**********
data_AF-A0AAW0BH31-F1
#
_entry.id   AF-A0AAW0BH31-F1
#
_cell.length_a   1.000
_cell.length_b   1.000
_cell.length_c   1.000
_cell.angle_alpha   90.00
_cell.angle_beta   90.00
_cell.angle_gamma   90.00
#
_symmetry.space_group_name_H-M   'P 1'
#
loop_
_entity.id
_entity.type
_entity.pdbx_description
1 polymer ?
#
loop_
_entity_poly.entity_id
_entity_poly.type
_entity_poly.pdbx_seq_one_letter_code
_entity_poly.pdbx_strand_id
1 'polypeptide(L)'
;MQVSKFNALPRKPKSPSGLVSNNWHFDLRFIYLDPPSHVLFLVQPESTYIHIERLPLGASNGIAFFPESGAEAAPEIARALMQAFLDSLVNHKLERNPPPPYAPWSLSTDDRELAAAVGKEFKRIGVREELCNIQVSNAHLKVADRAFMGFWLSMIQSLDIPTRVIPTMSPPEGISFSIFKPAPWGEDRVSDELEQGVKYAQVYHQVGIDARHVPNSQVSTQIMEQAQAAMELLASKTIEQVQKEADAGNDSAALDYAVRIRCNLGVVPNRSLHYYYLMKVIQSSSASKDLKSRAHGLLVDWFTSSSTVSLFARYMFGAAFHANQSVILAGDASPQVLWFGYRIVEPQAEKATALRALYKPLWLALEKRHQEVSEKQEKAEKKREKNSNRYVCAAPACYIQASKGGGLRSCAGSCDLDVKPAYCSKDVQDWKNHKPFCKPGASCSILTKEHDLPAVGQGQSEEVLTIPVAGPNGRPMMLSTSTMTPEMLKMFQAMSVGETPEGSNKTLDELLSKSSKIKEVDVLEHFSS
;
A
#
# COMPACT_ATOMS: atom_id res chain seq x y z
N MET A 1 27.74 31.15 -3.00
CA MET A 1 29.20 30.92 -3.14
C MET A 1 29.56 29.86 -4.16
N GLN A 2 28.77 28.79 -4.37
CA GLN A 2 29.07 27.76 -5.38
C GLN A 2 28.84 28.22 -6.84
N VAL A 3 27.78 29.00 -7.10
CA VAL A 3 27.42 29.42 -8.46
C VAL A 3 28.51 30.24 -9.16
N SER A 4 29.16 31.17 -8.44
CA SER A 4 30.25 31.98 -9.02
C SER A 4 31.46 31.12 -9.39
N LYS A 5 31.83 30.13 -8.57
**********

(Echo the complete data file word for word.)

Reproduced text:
data_AF-A0AAW0BH31-F1
#
_entry.id   AF-A0AAW0BH31-F1
#
_cell.length_a   1.000
_cell.length_b   1.000
_cell.length_c   1.000
_cell.angle_alpha   90.00
_cell.angle_beta   90.00
_cell.angle_gamma   90.00
#
_symmetry.space_group_name_H-M   'P 1'
#
loop_
_entity.id
_entity.type
_entity.pdbx_description
1 polymer ?
#
loop_
_entity_poly.entity_id
_entity_poly.type
_entity_poly.pdbx_seq_one_letter_code
_entity_poly.pdbx_strand_id
1 'polypeptide(L)'
;MQVSKFNALPRKPKSPSGLVSNNWHFDLRFIYLDPPSHVLFLVQPESTYIHIERLPLGASNGIAFFPESGAEAAPEIARALMQAFLDSLVNHKLERNPPPPYAPWSLSTDDRELAAAVGKEFKRIGVREELCNIQVSNAHLKVADRAFMGFWLSMIQSLDIPTRVIPTMSPPEGISFSIFKPAPWGEDRVSDELEQGVKYAQVYHQVGIDARHVPNSQVSTQIMEQAQAAMELLASKTIEQVQKEADAGNDSAALDYAVRIRCNLGVVPNRSLHYYYLMKVIQSSSASKDLKSRAHGLLVDWFTSSSTVSLFARYMFGAAFHANQSVILAGDASPQVLWFGYRIVEPQAEKATALRALYKPLWLALEKRHQEVSEKQEKAEKKREKNSNRYVCAAPACYIQASKGGGLRSCAGSCDLDVKPAYCSKDVQDWKNHKPFCKPGASCSILTKEHDLPAVGQGQSEEVLTIPVAGPNGRPMMLSTSTMTPEMLKMFQAMSVGETPEGSNKTLDELLSKSSKIKEVDVLEHFSS
;
A
#
# COMPACT_ATOMS: atom_id res chain seq x y z
N MET A 1 27.74 31.15 -3.00
CA MET A 1 29.20 30.92 -3.14
C MET A 1 29.56 29.86 -4.16
N GLN A 2 28.77 28.79 -4.37
CA GLN A 2 29.07 27.76 -5.38
C GLN A 2 28.84 28.22 -6.84
N VAL A 3 27.78 29.00 -7.10
CA VAL A 3 27.42 29.42 -8.46
C VAL A 3 28.51 30.24 -9.16
N SER A 4 29.16 31.17 -8.44
CA SER A 4 30.25 31.98 -9.02
C SER A 4 31.46 31.12 -9.39
N LYS A 5 31.83 30.13 -8.57